But listening to Patrick and Doug talk about Run Lola Run with a fondness for that time also helped to bring me a little clarity. That was a great time to grow up on film. That age, when you’re in college, finding yourself, hungry for knowledge, when EVERYONE was a critic and a film student and screenwriter all at the same time, was a long time ago. But there was no bitterness in Patrick or Doug as they spoke about the movie that had meant an awful lot to most of us in 1999. There was no pining for the glory days, no dismissal of the stars and films of today. It was inspiring. That movie was a big deal. It was important to us all. But no one on that podcast was pining for the old days. They’ve retained what they wanted from it and moved on.
Our generation of film fans is no longer the young, hip generation. There’s now at least one generation under us, and they have their own ideas about what’s cool and who the cutting edge filmmakers are. They are the kids that the media wants to market to and capture. That’s the changing face of film fandom. Once, we were the cool ones -- the audience that Hollywood catered to. The Matrix was for US. But we’re not anymore, and I guess all film fans have to face this at some point. It’s part of growing up and getting older.
I want to age gracefully as a film fan. I don’t want to be bitter, closed off, and cynical about today’s Hollywood. I’m not the same person I was back then. I doubt any of us really are. We age, we grow, we develop new interests and lose interests too. But I always want to have the hunger and the passion for movies that I had in 1999. Yes, Hollywood is different. Time has marched on. Franchises and properties rule the box office at the moment, and they may for years to come. And those movies have their place, as do the younger stars that populate them.
I don’t want to be an aging film hipster, wearing suspenders made from Charlie Chaplin film cells and talking about how there were no good movies after 1999, or really 1939, or come to think of it, 1929 (it’d all been done by then!). I don’t want to hold on to the stars of the past so tightly that I close myself off to the future stars of tomorrow (or today). I want to love movies just as passionately as I did in 1999, when every movie coming out had the potential to be my new favorite. Very few of them ended up achieving that honor, but the point is that I was hungry and wide open to enjoy everything I saw.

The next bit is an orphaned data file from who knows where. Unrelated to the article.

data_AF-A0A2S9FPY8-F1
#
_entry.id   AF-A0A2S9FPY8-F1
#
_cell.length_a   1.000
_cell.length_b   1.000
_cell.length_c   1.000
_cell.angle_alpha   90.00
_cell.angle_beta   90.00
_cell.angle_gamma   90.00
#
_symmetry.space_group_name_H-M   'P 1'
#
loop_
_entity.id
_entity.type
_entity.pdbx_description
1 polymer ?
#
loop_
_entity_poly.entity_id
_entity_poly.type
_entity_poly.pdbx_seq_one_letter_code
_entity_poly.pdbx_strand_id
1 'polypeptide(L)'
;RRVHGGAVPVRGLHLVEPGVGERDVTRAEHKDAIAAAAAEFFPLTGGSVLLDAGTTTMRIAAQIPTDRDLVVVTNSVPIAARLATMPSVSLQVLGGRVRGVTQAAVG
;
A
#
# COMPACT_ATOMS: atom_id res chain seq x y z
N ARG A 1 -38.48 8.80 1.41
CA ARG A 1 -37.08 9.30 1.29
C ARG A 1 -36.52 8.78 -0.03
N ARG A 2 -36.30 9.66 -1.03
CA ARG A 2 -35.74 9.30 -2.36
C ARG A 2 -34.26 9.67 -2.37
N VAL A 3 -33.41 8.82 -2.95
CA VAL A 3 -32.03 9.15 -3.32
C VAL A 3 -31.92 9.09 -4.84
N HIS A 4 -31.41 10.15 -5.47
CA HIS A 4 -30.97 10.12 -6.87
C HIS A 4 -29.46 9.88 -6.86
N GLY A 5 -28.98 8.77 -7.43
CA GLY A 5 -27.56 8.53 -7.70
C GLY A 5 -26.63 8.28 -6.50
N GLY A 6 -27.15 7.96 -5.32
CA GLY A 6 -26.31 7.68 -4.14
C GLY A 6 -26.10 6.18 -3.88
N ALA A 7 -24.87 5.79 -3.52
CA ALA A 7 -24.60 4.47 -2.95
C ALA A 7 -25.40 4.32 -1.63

My challenge now is to find a middle ground where I can realize that as an older filmgoer, some things just aren’t going to be for me. It’s also to keep an open mind and be ready to embrace the new. Rather than tilting at windmills and going off into the bitter sunset, I want to retain the love of movies that brought me to film fandom in the first place. I want to be like JB, learned sage and guru of F This Movie!, who has not lost his passion for movies and still regularly goes to see new movies with an open mind. His film world does not end with the classics that he teaches or the Universal Monsters that launched his passion in the first place. They seem to serve as a home base for him, but he is not afraid to venture away from that base to try new things. JB, as always, I’m taking notes.
I think for a lot of our generation, the transition was seamless. They might not even have noticed it. I was asleep and didn’t get the memo until recently, and it freaked me out. But I’ve decided that in the end, it’s up to me. There’s a whole wide world of movies that have already been made that I haven’t seen, and another world of movies that have YET TO BE made. I want to give them all a fair shot with open arms.
Two weeks ago I asked if Hollywood is forever. I can now answer that it is, and so is my love for it. It may change, it may wear different faces, but it’s always going to be there.
And so am I.
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Lovely post. It makes me think of a particular Billy Joel line:ReplyDelete